May 2002

Ridiculous Requirements. Meaningless Metrics. And that's just the fun part!

The 20 members of the North Jersey SPIN who attended the May 15 meeting were given an interesting challenge by presenter Bob Benjamin: forget everything you thought you knew about software engineering and start over. And don't be surprised if the market for technology skills starts to look fundamentally different from what we have been used to.

Ok, that might be overstating things a little bit. But just a little.

After beginning the evening with a brief discussion of what makes all too many IT projects go "BONK", Mr. Benjamin proceeded to turn some of the CMM commandments on their head. Specifically, Mr. Benjamin declared that requirements management (as it is currently implemented) doesn't work at many organizations, and collecting metrics often serves no purpose. This is part of a phenomenon that Mr. Benjamin calls the "Long Fuse Failure," where projects that are completed on time, on budget, and with zero defects still manage to provide no measurable improvements to the business.

As the initial shock of these pronouncements began to sink in, Mr. Benjamin observed that "the fundamental problem is that the IT department is brought in after the business case has been made, accepted, and is assumed to be correct," even though there are no business reasons for doing the things that IT departments are often asked to do. Weak business cases with little counter evidence and no QA pressure (that is, evidence of benefits from multiple sources) often lead to projects that have the wrong focus. Gathering requirements for such projects at this stage is a waste of time because it is already too late. Why? Becasue the requirements can not be based on any kind of portfolio management at this stage, and risk assessments have been entirely bypassed.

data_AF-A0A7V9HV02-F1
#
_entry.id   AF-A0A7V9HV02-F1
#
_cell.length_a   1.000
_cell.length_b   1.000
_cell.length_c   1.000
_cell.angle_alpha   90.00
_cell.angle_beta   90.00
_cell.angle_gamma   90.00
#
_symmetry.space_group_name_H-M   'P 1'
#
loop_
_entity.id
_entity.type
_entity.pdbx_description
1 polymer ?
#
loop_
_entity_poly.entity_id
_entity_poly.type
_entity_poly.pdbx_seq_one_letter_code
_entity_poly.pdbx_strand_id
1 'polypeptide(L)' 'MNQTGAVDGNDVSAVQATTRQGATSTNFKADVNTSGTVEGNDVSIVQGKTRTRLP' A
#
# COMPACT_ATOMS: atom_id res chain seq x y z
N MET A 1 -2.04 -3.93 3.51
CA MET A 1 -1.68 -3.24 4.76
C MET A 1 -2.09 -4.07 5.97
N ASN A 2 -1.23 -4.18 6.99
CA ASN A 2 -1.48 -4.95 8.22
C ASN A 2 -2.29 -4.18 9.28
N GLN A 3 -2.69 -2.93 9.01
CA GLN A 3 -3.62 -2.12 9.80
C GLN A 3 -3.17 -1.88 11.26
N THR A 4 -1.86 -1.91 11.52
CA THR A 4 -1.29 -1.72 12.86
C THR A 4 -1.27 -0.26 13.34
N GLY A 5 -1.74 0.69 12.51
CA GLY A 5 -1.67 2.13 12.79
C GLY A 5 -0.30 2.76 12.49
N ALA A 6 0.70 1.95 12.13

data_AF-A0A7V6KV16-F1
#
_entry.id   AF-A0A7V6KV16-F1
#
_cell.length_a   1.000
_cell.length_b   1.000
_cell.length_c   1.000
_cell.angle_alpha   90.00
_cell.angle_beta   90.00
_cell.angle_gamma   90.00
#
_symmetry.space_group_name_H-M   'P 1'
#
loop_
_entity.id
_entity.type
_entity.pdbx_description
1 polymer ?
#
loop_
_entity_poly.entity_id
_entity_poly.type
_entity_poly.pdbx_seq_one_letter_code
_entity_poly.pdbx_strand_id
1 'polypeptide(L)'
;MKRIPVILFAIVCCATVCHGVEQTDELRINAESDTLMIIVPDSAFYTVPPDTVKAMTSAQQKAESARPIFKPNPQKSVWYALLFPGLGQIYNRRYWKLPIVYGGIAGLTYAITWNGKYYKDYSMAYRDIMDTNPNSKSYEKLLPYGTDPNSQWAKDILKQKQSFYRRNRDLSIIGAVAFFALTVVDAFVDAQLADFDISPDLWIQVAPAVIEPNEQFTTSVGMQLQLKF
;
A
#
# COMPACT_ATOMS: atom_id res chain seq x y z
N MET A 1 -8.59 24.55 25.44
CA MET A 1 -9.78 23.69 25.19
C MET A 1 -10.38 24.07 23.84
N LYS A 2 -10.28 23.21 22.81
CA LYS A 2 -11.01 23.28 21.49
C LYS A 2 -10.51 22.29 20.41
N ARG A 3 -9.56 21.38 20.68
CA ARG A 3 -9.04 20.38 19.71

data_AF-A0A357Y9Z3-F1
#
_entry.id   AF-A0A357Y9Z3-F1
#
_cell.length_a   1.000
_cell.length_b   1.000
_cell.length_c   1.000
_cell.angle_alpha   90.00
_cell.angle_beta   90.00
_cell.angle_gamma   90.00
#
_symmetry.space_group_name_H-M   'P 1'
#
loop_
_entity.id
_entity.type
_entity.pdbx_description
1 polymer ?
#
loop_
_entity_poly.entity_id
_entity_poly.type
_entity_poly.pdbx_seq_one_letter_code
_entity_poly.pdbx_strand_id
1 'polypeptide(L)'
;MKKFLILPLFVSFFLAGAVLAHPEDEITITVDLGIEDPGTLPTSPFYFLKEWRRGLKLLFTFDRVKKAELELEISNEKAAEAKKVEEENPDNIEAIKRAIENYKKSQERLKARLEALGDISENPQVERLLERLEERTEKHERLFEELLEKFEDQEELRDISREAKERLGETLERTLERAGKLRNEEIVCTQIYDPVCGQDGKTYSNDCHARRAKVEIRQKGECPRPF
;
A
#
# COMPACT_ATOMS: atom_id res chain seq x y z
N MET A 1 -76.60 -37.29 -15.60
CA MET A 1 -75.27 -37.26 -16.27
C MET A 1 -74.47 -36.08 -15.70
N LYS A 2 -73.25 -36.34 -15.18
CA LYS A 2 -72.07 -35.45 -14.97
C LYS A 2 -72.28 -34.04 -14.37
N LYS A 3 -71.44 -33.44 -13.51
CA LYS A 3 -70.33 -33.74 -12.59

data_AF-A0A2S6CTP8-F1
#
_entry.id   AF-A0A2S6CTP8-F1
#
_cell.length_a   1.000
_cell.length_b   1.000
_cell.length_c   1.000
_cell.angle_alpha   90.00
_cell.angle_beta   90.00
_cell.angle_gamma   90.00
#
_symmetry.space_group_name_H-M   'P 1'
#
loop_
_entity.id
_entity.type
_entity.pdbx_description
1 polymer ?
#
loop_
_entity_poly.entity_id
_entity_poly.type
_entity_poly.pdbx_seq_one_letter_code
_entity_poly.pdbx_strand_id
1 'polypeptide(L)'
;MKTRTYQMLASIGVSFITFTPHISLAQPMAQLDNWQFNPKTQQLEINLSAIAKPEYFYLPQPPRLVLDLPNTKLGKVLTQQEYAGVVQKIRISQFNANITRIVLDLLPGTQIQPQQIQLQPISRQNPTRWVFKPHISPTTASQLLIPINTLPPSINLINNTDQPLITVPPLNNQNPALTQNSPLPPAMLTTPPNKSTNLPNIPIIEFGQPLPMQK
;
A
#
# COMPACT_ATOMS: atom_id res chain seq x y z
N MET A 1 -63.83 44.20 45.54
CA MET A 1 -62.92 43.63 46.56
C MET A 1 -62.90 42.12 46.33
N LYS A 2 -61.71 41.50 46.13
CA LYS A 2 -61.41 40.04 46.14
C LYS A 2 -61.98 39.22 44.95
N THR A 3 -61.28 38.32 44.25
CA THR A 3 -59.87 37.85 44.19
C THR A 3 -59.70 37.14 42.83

The perscription for curing Long Fuse Failure Syndrome includes closely tying requirements to business goals. It also includes tying metrics to "Portfolio Management." This means that instead of focussing exclusively on project metrics (time, size, cost, effort, and defects), Information Systems teams should also consider "balance sheet metrics" (liquidity, leverage, financial performance ratios), "operational metrics" (trends in cycle time, customer retention, market share, etc), and the "Five Driving Forces" metrics (supplier, buyer, substitution, competitive rivalry, and barriers to new entrants).

During this presentation, some NJSPIN members speculated that part of the problem might be that Information Systems personnel are not accustomerd to "standing up to business people when they propose questionable projects." A perceived second- class status for Information Systems (and manufacturing) contrasted sharply with higher-profile positions in sales, marketing, and finance.

The topic of outsourcing contracts (especially cost plus contracts) and their role in Long Fuse Failure situations also came up during the discussion.

Mr. Benjamin wrapped up the presentation by offering the web address for the Atlantic Systems Guild's online requirements management template.

To view the complete presentation, click on the hyperlink below.

May 2002 Program: Pre-Defining Success

Business Notes:
Important Announcement!!
Next month we are changing the venue of the meeting to the office of Telcordia Technologies. Details will be mailed to all NJSPIN members, along with a more detailed description of the program for the month. If you are not sure if you are on the NJSPIN mailing list, contact John Dworak.

-Next month's program: Jim Heil will do a presentation on software testing and software test plans.